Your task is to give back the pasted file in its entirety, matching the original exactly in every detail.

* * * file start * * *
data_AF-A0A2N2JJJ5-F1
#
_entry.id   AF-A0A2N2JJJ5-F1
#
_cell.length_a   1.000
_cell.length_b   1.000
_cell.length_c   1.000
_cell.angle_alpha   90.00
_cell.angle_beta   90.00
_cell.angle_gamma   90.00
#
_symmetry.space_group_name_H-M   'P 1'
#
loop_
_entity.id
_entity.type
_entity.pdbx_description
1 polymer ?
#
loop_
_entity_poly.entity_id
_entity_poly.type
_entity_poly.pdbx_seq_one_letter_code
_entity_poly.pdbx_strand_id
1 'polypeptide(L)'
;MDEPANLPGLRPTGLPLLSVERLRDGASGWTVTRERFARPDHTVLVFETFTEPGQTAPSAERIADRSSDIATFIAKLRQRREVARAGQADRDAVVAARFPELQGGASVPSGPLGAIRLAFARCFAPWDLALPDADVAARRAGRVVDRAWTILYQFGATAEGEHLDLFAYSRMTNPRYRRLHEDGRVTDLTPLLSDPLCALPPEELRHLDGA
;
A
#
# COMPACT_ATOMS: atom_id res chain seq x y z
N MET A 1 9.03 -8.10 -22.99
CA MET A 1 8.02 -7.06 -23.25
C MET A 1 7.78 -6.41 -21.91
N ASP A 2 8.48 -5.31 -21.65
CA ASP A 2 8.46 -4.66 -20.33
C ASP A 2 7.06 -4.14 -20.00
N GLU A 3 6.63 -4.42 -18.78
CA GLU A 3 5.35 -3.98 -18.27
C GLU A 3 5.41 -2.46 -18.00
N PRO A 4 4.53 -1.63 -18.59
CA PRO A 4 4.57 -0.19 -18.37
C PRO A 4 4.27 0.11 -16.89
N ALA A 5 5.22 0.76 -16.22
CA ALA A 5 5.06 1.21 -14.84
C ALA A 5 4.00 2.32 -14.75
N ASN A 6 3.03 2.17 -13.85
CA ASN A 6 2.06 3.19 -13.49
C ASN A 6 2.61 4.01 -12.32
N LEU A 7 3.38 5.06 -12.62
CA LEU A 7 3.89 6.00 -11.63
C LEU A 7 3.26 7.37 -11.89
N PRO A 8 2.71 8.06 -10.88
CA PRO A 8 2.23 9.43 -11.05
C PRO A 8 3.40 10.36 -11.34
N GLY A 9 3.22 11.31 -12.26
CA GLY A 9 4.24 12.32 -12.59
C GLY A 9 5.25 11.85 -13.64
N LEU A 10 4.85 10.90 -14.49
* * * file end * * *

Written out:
data_AF-A0A2N2JJJ5-F1
#
_entry.id   AF-A0A2N2JJJ5-F1
#
_cell.length_a   1.000
_cell.length_b   1.000
_cell.length_c   1.000
_cell.angle_alpha   90.00
_cell.angle_beta   90.00
_cell.angle_gamma   90.00
#
_symmetry.space_group_name_H-M   'P 1'
#
loop_
_entity.id
_entity.type
_entity.pdbx_description
1 polymer ?
#
loop_
_entity_poly.entity_id
_entity_poly.type
_entity_poly.pdbx_seq_one_letter_code
_entity_poly.pdbx_strand_id
1 'polypeptide(L)'
;MDEPANLPGLRPTGLPLLSVERLRDGASGWTVTRERFARPDHTVLVFETFTEPGQTAPSAERIADRSSDIATFIAKLRQRREVARAGQADRDAVVAARFPELQGGASVPSGPLGAIRLAFARCFAPWDLALPDADVAARRAGRVVDRAWTILYQFGATAEGEHLDLFAYSRMTNPRYRRLHEDGRVTDLTPLLSDPLCALPPEELRHLDGA
;
A
#
# COMPACT_ATOMS: atom_id res chain seq x y z
N MET A 1 9.03 -8.10 -22.99
CA MET A 1 8.02 -7.06 -23.25
C MET A 1 7.78 -6.41 -21.91
N ASP A 2 8.48 -5.31 -21.65
CA ASP A 2 8.46 -4.66 -20.33
C ASP A 2 7.06 -4.14 -20.00
N GLU A 3 6.63 -4.42 -18.78
CA GLU A 3 5.35 -3.98 -18.27
C GLU A 3 5.41 -2.46 -18.00
N PRO A 4 4.53 -1.63 -18.59
CA PRO A 4 4.57 -0.19 -18.37
C PRO A 4 4.27 0.11 -16.89
N ALA A 5 5.22 0.76 -16.22
CA ALA A 5 5.06 1.21 -14.84
C ALA A 5 4.00 2.32 -14.75
N ASN A 6 3.03 2.17 -13.85
CA ASN A 6 2.06 3.19 -13.49
C ASN A 6 2.61 4.01 -12.32
N LEU A 7 3.38 5.06 -12.62
CA LEU A 7 3.89 6.00 -11.63
C LEU A 7 3.26 7.37 -11.89
N PRO A 8 2.71 8.06 -10.88
CA PRO A 8 2.23 9.43 -11.05
C PRO A 8 3.40 10.36 -11.34
N GLY A 9 3.22 11.31 -12.26
CA GLY A 9 4.24 12.32 -12.59
C GLY A 9 5.25 11.85 -13.64
N LEU A 10 4.85 10.90 -14.49